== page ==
- If you thought currently living sharks are odd, wait till you find out about these ones.
Earlier this week we took a look a the most bizarre living sharks. Sharks have been around for more than 400 million years, though, and some species have kicked the bucket.
To continue our Shark Week celebration, here are seven extinct sharks and more or less shark-related marine predators that once lurked in the world’s oceans. And like many other ancient life forms, they’re a weird bunch.
Helicoprion is an extinct genus of sharks that, granted, weren’t the largest or the most ferocious beasts of the sea. But they’re just so wonderfully weird.
Instead of normal shark jaws, Helicoprion had what’s known as a “tooth whorl.” Its teeth were arranged in a spiral that was somehow attached to its lower jaw.
There have been probably dozens of studies and guesses about how Helicoprion’s jaws worked. The suggestions range from reasonable to downright ridiculous.
Today, the scientific consensus is that the tooth whorl was embedded inside the shark’s lower jaw. Helicoprion used it to catch hard-shelled cephalopods, like ammonites and nautiluses.
Dunkleosteus is not a shark, but it is a fish. In fact, it’s one of the earliest fishy apex predators, having lived some 380 million years ago.
Sharks already existed when Dunkleosteus was swimming around, but they weren’t the biggest, baddest things in the sea yet. And that’s because Dunkleosteus kept them in their place.
These fish could grow to be nearly 30 feet long and weigh more than four tons. Their head and neck were covered in thick armor plates, but they weren’t there for protection – their purpose was to provide an anchoring point for Dunkleosteus’ ridiculous jaw muscles.
Sharks didn’t start climbing up in the food chain until fish like Dunkleosteus went extinct. Yes, this is the thing that sharks see in their nightmares.
Shastasaurus is the largest known marine reptile to have ever lived. Some Shastasaurus species could reach a length of 70 feet.
But if you think that enormous size translated to being a ferocious predator, you’d be wrong. To begin with, it didn’t even have teeth.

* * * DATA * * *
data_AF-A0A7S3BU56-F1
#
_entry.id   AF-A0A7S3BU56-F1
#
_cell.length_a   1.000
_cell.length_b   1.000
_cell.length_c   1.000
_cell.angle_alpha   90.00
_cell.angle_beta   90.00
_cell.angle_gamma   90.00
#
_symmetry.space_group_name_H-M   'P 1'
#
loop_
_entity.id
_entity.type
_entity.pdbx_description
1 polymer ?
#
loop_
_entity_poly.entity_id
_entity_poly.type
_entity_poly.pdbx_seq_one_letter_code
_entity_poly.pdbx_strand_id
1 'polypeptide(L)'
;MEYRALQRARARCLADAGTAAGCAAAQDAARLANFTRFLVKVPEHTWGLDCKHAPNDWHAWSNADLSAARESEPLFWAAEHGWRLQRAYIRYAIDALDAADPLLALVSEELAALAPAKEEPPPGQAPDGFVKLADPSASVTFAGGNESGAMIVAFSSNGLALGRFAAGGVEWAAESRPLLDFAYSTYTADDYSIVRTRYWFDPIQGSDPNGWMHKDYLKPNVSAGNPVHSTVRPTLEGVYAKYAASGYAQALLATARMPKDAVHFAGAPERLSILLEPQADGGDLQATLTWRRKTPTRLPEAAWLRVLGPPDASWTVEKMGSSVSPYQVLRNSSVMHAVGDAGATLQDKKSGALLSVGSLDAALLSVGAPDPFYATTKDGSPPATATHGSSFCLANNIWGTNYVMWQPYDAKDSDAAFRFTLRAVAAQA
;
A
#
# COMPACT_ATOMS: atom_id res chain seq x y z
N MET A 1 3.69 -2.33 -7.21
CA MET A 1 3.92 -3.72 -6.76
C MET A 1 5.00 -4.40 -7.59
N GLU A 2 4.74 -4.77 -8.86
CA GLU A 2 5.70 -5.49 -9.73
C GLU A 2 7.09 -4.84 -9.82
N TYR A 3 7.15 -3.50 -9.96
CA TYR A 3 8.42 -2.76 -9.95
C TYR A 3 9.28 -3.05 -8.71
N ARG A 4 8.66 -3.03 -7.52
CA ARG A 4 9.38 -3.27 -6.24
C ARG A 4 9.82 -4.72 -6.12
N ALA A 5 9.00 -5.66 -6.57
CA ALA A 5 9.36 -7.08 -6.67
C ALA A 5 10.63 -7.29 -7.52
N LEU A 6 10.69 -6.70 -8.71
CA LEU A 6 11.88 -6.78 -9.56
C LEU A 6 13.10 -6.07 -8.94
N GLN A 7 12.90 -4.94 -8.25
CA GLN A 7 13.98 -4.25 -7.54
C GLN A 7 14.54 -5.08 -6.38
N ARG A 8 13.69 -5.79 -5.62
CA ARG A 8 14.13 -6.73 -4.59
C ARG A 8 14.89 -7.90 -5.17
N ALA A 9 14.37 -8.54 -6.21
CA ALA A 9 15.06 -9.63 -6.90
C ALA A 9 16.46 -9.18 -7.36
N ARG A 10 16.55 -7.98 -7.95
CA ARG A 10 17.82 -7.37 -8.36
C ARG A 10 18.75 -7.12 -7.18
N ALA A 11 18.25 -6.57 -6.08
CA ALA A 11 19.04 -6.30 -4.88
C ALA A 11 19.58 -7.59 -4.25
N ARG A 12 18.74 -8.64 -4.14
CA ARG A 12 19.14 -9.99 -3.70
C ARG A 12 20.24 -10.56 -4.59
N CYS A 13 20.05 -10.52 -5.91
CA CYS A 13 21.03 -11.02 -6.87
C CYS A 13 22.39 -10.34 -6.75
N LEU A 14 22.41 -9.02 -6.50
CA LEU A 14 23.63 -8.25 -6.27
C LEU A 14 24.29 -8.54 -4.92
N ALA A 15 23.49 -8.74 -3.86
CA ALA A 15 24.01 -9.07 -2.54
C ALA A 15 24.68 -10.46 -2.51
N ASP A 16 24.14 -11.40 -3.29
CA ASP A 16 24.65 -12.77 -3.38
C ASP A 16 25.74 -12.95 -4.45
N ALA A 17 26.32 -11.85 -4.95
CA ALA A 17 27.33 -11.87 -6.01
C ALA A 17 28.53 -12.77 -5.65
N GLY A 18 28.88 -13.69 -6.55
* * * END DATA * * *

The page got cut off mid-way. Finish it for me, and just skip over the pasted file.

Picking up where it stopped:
Researchers believe the Shastasaurus preyed almost entirely on squid. It could open its jaws so wide and so fast that the unsuspecting squid would be vacuumed into its mouth.
The Shastasaurus essentially swam around and occasionally opened its mouth to suck up a squid. We probably found the least intimidating predator on this list.
Like Helocoprion, Edestus had some weird jaws. It’s not called the Scissor Tooth Shark for nothing.
Instead of a weird spiral, Edestus had one row of serrated teeth on each jaw. But instead of the usual configuration, the rows of teeth extended forward from its skull – like the blades of scissors.
How this 21-feet-long shark ate anything with that kind of a tooth setup is anyone’s guess. We have even less of an idea of its feeding habits than we do of Helicoprion’s.
One thing is certain, though. Whatever Edestus preyed on would have a seriously bad time if it got caught in the scissors.
If you ran into a Prychodus while scuba diving, you might think it’s a game over. At 33 feet long, the Ptychodus is roughly twice as big as a great white.
Lucky for you, though, the shark most likely wouldn’t give a hoot or a holler about you. Ptychodus is a weird shark in that it ate exclusively mollusks.
Instead the usual sharp, serrated shark teeth, Ptychodus’ dentistry resembled two crushing plates. It would grab huge ancient clams and crustaceans in its mouth and crack their shells between the teeth plates.
Still, this thing was huge. It’d be probably be best not to try handfeed one in case you end up back in time in the deep sea.
Because that’s clearly what anyone would do in that situation.
Despite its name and marine-reptilian appearance, Basilosaurus is actually a whale. When its remains were originally discovered, people thought is was a reptile and the saurus naming stuck.
You can’t really blame the scientists of old, though. Basilosaurus doesn’t look like anything you’d think of as a whale, but its unusual body structure was very effective for its lifestyle.
Basilosaurus is one of largest actively predatory whales to ever exist. It’s even bigger than the modern sperm whale.
And what did it eat? Pretty much anything it pleased – Basilosaurus gobbled up other whales, sea turtles, ancient elephants, and sharks.
What, did you think you could have a list of ancient sharks without Megalodon? How could we not include the biggest shark to ever live on here?
Since sharks’ only bones are in their jaws, they don’t leave behind a skeleton when they die. Because of this, we aren’t quite sure of how big the Megalodon got.
Estimates based on the size of its jaws range up to 67 feet in length. Even more conservative estimates put Megalodon at around 35 feet.
With teeth the size of your palm, there wasn’t much in the ocean the Megalodon couldn’t eat, except maybe the largest whales of the time. Those whales are probably also the reason Megalodon went extinct – the average whale just got too big for it to eat.